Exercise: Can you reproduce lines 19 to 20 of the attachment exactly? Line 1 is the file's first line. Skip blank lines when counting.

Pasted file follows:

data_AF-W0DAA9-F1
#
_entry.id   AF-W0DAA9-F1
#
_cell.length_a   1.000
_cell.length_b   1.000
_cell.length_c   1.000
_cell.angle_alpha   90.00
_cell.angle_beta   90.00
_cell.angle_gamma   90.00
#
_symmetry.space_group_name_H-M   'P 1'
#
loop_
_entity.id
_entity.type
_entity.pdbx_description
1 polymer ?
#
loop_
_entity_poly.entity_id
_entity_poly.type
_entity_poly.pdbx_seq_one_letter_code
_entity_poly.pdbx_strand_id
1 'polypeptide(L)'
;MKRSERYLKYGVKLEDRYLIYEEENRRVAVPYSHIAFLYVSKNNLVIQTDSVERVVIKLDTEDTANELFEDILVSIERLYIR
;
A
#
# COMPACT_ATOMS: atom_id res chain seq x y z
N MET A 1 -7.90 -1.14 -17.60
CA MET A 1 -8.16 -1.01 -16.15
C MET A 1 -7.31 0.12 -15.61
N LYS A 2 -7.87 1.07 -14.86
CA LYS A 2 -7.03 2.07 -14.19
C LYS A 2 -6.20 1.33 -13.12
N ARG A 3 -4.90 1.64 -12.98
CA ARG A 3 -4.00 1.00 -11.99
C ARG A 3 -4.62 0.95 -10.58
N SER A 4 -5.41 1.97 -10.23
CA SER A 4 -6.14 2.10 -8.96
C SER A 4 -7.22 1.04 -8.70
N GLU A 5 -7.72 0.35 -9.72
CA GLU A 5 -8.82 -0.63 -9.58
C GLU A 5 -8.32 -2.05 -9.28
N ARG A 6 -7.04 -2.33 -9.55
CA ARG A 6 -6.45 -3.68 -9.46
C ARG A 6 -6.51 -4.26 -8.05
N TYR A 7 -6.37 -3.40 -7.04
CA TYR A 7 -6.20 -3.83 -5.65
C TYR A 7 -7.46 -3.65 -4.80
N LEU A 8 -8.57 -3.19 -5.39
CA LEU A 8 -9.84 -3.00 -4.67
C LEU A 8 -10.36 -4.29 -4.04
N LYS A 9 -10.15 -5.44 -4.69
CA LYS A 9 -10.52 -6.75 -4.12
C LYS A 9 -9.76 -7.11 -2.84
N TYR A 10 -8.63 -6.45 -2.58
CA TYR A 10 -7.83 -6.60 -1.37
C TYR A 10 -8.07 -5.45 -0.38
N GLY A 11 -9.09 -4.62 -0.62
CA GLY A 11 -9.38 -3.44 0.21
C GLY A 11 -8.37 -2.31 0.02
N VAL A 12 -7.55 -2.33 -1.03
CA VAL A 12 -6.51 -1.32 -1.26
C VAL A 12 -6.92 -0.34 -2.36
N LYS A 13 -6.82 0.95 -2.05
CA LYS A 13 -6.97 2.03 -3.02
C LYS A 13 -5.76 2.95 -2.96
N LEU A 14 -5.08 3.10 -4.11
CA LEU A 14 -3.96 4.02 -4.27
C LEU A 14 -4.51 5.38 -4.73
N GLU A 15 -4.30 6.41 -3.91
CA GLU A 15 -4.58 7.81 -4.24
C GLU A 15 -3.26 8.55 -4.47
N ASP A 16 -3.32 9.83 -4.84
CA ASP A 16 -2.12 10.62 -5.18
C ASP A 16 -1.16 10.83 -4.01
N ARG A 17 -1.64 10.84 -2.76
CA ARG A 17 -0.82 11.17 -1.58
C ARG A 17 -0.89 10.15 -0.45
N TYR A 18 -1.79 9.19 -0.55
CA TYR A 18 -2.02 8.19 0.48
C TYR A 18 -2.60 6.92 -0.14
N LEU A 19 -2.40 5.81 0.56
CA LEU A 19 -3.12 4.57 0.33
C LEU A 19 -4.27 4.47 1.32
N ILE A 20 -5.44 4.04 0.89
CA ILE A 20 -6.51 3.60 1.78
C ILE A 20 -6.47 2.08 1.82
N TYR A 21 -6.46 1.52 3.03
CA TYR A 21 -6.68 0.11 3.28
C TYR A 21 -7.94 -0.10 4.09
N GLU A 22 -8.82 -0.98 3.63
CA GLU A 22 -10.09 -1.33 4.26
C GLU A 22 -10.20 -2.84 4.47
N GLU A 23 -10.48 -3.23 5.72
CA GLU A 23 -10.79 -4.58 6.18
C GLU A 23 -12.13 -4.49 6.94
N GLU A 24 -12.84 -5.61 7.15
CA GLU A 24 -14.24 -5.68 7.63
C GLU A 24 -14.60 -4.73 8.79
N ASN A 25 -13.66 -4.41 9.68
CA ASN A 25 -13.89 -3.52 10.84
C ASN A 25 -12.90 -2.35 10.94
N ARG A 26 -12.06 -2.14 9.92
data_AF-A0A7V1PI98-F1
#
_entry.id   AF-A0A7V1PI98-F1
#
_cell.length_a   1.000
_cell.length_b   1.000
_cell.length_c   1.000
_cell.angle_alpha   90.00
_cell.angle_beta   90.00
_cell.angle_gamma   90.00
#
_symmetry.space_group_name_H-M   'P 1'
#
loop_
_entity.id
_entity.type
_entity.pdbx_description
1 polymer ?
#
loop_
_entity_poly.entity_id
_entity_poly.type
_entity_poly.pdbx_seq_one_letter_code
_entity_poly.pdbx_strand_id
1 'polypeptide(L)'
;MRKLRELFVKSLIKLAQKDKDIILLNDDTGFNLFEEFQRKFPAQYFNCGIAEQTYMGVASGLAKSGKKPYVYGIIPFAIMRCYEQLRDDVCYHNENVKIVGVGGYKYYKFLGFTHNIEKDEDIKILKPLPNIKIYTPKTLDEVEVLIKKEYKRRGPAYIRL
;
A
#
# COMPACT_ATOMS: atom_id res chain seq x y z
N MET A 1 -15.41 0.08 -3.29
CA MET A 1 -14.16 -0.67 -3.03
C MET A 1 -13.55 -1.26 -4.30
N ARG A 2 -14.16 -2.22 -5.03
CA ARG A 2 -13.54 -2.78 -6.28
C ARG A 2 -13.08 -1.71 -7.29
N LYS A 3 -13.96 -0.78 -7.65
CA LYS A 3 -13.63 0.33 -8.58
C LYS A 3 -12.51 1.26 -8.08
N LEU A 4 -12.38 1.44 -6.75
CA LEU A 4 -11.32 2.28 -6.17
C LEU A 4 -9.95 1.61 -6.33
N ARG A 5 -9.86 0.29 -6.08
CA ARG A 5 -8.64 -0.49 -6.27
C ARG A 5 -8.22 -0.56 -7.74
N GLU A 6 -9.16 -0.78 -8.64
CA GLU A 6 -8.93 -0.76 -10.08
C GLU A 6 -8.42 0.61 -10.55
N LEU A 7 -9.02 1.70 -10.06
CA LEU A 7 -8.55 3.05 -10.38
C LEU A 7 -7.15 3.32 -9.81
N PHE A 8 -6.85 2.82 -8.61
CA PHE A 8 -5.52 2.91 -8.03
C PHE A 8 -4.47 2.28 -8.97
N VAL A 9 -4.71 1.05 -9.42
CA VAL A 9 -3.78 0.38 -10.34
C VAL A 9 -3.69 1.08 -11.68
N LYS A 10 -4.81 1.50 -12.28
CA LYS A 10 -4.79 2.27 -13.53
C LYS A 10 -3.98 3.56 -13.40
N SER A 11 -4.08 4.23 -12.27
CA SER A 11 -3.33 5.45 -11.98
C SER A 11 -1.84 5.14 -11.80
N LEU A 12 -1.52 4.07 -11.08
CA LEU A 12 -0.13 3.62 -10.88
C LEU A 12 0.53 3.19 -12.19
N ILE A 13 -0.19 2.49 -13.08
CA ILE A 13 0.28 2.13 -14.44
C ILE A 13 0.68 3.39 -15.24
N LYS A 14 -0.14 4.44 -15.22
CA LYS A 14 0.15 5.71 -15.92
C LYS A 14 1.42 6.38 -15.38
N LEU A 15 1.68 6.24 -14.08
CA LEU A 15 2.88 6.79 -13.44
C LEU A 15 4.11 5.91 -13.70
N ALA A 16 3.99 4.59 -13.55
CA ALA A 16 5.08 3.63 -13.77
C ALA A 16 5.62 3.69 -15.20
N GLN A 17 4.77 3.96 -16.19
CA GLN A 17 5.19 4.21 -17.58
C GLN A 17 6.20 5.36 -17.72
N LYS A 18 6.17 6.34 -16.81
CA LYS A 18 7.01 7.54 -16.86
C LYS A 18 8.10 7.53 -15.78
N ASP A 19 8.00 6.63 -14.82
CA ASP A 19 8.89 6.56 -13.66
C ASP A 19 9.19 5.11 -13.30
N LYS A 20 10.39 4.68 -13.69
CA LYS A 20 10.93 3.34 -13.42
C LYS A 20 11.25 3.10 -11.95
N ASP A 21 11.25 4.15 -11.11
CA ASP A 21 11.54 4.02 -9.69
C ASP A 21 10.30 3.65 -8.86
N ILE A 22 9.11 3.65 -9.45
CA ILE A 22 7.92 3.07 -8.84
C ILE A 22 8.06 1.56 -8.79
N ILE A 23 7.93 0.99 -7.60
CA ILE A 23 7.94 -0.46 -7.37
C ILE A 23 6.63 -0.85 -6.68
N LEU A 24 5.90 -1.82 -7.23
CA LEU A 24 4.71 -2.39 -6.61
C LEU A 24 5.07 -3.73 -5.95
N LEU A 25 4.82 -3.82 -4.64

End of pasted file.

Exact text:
#
loop_